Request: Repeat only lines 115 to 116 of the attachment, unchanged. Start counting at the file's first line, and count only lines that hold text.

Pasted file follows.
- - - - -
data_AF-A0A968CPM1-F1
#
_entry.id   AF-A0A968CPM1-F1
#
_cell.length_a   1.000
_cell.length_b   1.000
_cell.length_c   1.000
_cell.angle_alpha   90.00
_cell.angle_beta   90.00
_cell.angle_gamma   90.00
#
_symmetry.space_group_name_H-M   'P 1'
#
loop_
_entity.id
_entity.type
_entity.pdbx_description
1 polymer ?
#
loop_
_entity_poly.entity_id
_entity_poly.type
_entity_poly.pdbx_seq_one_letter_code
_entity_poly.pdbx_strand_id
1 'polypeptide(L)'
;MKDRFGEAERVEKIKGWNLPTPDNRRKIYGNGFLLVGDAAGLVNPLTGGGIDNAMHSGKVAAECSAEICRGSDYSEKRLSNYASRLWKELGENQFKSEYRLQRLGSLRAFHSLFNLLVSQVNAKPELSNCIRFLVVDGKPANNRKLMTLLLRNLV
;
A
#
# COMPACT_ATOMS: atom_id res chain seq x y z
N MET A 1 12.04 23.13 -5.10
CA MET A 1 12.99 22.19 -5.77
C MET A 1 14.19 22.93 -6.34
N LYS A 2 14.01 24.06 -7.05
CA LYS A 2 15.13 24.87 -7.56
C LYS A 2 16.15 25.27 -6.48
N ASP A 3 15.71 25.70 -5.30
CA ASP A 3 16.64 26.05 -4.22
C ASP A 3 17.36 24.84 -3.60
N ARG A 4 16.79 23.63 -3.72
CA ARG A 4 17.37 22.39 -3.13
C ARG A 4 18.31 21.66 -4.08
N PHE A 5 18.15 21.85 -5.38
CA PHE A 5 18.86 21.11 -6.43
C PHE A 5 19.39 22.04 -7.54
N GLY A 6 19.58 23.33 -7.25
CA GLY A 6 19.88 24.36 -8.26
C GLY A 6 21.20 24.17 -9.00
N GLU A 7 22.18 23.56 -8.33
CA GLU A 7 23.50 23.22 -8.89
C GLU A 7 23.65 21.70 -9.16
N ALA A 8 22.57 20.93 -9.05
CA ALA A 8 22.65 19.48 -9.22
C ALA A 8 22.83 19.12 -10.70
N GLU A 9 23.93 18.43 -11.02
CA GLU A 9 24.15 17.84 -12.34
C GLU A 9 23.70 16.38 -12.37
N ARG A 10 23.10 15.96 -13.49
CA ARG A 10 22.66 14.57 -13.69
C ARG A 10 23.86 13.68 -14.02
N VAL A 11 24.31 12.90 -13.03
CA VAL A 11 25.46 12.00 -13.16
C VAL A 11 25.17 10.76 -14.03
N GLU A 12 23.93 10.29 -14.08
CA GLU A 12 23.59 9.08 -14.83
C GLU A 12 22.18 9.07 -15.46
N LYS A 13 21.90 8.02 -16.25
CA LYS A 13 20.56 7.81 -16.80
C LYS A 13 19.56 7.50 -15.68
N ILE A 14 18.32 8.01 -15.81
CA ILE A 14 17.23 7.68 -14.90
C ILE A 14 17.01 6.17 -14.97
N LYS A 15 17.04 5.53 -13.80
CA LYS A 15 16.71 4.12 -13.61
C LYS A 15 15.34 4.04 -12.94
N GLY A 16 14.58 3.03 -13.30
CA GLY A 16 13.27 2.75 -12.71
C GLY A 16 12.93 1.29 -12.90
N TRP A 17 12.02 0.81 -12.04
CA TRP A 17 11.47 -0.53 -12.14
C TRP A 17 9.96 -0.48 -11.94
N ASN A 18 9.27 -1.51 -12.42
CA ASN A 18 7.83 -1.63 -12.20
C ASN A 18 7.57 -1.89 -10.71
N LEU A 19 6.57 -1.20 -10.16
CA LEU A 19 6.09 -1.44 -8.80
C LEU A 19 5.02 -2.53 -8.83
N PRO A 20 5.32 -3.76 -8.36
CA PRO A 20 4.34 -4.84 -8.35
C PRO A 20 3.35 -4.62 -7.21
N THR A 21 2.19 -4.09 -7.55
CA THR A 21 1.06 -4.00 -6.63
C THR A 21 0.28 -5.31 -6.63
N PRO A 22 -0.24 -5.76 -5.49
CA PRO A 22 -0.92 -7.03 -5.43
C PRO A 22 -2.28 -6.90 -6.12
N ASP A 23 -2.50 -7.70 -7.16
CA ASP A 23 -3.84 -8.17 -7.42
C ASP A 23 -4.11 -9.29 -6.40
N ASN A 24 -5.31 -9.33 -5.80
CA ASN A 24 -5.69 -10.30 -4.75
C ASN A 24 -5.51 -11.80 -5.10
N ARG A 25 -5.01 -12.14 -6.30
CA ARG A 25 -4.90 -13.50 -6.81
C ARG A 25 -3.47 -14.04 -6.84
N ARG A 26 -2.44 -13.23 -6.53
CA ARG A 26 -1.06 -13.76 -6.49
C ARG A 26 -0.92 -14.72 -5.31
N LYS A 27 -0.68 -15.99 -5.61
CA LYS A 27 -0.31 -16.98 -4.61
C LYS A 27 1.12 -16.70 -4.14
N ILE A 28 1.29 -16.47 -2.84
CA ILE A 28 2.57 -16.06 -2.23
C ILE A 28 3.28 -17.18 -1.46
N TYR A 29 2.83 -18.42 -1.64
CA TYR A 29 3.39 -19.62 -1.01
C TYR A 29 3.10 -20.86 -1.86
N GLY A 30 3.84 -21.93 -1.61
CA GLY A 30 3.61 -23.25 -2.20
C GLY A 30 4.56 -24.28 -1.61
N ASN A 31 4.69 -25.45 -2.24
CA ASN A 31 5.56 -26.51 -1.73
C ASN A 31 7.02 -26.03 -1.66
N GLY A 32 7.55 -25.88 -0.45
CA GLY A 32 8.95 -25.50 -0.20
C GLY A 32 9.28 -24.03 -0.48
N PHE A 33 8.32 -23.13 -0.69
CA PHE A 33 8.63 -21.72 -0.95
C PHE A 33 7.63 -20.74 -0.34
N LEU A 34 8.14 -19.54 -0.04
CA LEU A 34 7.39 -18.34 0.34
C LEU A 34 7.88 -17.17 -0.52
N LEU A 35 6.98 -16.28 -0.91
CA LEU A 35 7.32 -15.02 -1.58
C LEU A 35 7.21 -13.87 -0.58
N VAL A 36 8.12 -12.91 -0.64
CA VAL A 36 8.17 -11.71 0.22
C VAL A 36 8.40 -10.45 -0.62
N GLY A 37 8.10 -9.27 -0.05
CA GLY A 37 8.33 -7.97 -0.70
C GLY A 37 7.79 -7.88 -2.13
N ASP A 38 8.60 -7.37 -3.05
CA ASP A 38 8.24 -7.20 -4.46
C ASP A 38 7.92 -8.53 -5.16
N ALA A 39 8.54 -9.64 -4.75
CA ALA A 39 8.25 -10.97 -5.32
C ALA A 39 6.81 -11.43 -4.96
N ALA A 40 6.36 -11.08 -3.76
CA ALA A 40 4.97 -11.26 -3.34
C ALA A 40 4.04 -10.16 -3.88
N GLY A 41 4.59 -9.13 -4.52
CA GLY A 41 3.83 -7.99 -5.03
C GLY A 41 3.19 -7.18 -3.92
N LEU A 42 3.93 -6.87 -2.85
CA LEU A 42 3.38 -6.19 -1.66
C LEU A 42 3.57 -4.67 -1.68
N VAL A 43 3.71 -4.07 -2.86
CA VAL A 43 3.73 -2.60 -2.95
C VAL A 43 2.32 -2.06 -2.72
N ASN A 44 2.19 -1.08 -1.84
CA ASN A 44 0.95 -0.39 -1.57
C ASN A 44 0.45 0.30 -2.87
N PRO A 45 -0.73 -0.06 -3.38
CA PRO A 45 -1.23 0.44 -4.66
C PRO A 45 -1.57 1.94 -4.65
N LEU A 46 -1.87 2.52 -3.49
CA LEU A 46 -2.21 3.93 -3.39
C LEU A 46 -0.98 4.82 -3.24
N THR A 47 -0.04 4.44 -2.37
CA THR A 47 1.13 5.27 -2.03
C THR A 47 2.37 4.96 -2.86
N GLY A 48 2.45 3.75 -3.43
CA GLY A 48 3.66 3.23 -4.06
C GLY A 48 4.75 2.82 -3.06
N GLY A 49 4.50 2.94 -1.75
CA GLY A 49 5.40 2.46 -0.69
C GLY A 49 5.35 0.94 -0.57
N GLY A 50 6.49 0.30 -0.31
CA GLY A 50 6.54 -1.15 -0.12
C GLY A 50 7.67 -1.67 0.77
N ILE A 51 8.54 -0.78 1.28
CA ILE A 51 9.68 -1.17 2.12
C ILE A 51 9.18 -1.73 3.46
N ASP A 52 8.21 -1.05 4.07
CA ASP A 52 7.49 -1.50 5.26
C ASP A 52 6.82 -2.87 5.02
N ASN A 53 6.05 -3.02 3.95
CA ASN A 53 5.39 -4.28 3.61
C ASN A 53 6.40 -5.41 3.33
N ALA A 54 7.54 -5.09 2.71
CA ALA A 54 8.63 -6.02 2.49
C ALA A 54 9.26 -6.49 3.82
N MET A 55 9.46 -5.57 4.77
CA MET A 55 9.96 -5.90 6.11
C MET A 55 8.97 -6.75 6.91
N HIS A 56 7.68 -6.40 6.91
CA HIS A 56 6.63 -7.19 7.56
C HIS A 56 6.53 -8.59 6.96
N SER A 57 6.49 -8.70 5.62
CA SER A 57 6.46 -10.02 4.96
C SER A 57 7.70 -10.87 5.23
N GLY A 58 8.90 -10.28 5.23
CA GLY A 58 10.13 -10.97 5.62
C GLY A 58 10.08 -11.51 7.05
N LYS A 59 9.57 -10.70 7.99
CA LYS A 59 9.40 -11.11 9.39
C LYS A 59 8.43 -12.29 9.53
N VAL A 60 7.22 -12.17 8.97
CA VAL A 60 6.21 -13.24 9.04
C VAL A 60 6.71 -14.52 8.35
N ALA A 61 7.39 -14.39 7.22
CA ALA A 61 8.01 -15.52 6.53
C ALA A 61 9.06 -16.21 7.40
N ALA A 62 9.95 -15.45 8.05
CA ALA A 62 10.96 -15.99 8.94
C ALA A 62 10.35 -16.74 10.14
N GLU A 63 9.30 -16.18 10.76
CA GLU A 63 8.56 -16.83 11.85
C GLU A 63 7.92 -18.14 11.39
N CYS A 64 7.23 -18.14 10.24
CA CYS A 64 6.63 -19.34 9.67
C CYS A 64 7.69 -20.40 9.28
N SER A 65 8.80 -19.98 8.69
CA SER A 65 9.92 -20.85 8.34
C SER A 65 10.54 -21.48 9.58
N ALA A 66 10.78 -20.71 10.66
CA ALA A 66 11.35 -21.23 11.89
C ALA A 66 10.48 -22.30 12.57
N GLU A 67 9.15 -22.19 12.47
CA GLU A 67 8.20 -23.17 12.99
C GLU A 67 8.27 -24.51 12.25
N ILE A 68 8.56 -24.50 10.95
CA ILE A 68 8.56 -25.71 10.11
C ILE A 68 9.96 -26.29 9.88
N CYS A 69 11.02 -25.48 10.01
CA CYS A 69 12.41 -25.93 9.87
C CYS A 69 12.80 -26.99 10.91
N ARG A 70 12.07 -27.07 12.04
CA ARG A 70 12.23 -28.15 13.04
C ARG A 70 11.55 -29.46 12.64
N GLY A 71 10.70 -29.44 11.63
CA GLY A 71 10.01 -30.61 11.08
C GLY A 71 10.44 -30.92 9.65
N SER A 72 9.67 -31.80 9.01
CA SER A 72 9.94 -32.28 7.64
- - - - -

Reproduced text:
N TYR A 29 2.83 -18.42 -1.64
CA TYR A 29 3.39 -19.62 -1.01